The University at Buffalo passing offense has a confounding third-and-short problem.
The Bulls have converted only 1 of 10 pass plays on situations of third and 4 or fewer. On third and 5 or fewer, they’ve converted only 4 of 20 pass plays, a lowly 20 percent.
UB is doing pretty well running the ball on third-and-manageable situations. The Bulls have converted 14 of 22 run plays on third and 4 or fewer. But the pass plays are lacking. Last season, UB converted 48.5 percent of its pass plays on third and 5 or fewer.
UB coaches recognize it’s an issue, but solutions have been elusive.
“It’s a little bit of everything,” UB coach Lance Leipold said. “It’s not where it needs to be. It’s a matter of handling what we’re seeing. I don’t think we’ve been fully in rhythm to keep people off balance. We’re a little off.”
Third down figures to be big Saturday when Ohio University visits UB Stadium. Ohio’s defense ranks No. 2 in the Mid-American Conference and No. 30 in the country on third downs, holding foes to 32.6 percent conversions. UB’s offense is converting 35 percent of third downs overall, which is 10th in the MAC.
UB did a good job on third downs against Bowling Green three weeks ago. But in last week’s 51-14 loss at Central Michigan, the Bulls converted just 3 of 13 third-down situations.
The third-and-short pass failures are peculiar because quarterback Joe Licata is an accurate passer, hitting 61.6 percent of his throws overall. Furthermore, UB is making good use of its tight ends, who are reliable possession-pass targets. Matt Weiser is on a record pace for tight-end catches with 29 through six games.
However, UB has not hurt defenses with the tight end on third down. Weiser has eight third-down catches but only two of them are for first downs.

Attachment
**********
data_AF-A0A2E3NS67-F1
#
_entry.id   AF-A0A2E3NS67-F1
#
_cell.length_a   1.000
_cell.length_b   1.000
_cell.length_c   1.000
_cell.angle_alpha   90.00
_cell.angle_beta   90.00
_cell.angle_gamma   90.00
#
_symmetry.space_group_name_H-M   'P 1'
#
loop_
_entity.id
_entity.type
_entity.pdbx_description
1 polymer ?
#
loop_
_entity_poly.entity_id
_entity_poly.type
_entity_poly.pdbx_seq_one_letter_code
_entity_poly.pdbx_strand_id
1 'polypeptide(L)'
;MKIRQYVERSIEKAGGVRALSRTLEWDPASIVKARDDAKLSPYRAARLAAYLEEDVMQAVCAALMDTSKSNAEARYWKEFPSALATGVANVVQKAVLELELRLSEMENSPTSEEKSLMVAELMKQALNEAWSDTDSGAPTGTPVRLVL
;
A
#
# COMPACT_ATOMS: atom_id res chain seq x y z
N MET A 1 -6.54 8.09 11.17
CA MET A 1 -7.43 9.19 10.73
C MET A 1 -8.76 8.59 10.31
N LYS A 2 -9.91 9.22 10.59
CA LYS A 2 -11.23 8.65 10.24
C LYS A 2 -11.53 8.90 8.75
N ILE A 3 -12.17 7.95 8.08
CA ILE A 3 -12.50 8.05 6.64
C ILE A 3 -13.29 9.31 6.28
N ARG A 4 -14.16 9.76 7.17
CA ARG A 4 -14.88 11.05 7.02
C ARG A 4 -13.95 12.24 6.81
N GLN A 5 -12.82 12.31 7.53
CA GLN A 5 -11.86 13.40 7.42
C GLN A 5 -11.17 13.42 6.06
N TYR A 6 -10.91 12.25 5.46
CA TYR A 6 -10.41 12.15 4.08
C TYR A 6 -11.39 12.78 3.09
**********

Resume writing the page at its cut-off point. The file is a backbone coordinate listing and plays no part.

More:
UB’s slot receivers – Collin Lisa and Jacob Martinez – haven’t been effective on third down, either. Both are in the Julian Edelman, possession-receiver mold. But Lisa only has three third-down conversion catches and Martinez has two.
“The slot position can be difficult because it’s probably one of the easier positions to find a way to get two guys on them,” UB offensive coordinator Andy Kotelnicki said. “If you’ve got a really big outside backer who’s putting their hands on your guys and really getting physical, smaller guys can have a tougher time. The flip side is those guys could get quick separation. It’s something we’re always looking at.”
From a game-planning perspective, football coaches have packages of third-down plays broken down into categories – third and one, third and 2 to 3, third and 4 to 7, third and 8 to 12. (UB has converted a respectable 9 of 14 on third and 1.)
“When you game plan, you assess what is the defense doing? How does our personnel match up?” Kotelnicki said. “To sit there and run the ball on third and 2 or 3 every time would be great, but sometimes that matchup’s not as favorable as you want it to be.”
While last week’s loss was a blowout, UB’s other three defeats have been close games. A few more third-down conversions would give the attack some much-needed rhythm.
“We’re a little off,” Leipold said. “If you correct that little bit, now guys get more confidence.”
UB running back Anthone Taylor practiced on a limited basis Thursday. Leipold said he remains questionable for Saturday and will be a game-time decision.